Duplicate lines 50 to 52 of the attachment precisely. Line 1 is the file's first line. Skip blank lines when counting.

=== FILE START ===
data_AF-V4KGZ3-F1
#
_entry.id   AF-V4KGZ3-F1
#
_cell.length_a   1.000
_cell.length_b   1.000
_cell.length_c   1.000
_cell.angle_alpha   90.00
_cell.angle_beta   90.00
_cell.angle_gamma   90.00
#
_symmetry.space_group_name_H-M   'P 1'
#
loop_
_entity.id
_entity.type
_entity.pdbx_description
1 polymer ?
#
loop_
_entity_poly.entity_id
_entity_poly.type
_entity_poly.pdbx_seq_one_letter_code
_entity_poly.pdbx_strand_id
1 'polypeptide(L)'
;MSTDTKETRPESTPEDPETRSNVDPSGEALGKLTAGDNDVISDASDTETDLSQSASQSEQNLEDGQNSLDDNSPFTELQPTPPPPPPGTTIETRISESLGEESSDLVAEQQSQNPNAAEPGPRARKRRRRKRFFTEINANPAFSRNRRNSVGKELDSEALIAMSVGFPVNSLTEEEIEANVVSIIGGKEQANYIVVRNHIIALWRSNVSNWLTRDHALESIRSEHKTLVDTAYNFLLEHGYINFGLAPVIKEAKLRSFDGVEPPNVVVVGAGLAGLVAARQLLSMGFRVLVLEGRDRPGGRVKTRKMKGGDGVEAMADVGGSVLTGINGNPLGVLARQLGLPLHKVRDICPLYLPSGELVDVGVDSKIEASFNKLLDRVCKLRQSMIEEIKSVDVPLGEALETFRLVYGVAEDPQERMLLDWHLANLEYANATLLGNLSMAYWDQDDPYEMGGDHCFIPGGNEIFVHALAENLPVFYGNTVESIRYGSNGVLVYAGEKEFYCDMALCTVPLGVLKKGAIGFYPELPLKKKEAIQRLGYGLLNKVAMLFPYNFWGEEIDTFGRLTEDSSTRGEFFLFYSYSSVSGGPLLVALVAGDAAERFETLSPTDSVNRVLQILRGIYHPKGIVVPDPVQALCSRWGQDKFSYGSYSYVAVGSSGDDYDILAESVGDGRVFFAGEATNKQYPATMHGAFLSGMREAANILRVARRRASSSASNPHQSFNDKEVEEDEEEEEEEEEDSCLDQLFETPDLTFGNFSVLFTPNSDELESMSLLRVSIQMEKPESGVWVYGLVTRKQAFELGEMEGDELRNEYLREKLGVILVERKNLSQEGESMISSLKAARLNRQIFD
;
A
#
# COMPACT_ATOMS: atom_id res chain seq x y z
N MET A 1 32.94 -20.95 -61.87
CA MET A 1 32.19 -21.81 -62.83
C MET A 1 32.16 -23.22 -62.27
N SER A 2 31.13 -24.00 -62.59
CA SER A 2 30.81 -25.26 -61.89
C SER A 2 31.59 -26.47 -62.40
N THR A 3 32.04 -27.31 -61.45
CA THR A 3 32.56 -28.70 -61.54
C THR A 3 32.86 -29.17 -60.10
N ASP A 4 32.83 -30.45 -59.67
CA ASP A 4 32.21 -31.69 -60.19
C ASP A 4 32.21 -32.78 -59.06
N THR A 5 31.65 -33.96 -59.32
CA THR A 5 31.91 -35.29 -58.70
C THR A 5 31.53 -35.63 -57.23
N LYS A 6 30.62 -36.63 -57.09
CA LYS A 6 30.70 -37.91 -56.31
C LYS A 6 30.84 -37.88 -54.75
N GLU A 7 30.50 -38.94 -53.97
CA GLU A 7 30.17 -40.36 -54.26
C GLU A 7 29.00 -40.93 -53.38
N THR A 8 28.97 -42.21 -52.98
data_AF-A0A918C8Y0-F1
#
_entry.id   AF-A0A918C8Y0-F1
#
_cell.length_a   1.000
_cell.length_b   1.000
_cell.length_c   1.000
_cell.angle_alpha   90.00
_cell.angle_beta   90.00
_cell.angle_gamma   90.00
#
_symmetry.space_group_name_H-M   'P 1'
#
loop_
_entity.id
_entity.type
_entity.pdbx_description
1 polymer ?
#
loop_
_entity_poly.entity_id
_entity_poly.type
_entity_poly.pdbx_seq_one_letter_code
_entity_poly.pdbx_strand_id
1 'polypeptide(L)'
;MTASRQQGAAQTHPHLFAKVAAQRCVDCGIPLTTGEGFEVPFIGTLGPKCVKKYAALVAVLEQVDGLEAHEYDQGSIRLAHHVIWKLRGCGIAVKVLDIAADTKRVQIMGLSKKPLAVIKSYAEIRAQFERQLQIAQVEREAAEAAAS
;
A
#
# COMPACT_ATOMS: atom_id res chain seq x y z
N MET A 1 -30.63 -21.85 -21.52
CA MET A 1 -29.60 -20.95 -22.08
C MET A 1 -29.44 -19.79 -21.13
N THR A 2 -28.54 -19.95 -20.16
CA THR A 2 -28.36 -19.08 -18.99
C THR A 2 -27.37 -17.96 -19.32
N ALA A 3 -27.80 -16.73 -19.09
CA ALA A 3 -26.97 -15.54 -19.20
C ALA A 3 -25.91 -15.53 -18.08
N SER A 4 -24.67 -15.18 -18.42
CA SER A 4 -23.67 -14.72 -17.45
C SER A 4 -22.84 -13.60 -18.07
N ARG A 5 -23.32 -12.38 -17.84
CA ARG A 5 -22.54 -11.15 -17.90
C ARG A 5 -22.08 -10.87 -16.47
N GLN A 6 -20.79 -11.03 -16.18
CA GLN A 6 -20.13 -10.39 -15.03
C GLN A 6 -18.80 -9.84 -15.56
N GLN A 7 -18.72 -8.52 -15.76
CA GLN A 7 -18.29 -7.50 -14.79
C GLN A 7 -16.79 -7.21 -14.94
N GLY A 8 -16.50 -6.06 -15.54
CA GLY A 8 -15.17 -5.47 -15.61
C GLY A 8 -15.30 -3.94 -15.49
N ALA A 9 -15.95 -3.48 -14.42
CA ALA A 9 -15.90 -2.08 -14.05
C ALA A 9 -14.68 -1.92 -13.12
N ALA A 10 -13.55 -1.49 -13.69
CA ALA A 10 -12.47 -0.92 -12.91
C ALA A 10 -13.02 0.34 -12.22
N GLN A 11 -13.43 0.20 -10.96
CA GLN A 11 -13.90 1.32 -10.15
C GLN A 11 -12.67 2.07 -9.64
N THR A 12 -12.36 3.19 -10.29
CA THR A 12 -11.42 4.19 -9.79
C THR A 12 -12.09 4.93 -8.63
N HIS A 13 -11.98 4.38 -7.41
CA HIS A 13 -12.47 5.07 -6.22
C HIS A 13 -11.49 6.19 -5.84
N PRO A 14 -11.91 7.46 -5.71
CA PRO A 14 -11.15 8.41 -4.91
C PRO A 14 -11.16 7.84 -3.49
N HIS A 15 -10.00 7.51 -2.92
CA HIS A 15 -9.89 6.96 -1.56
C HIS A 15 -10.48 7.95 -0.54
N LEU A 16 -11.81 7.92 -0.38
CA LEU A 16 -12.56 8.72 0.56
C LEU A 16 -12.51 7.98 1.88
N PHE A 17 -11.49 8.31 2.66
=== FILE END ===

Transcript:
CA GLU A 7 30.17 -40.36 -54.26
C GLU A 7 29.00 -40.93 -53.38
N THR A 8 28.97 -42.21 -52.98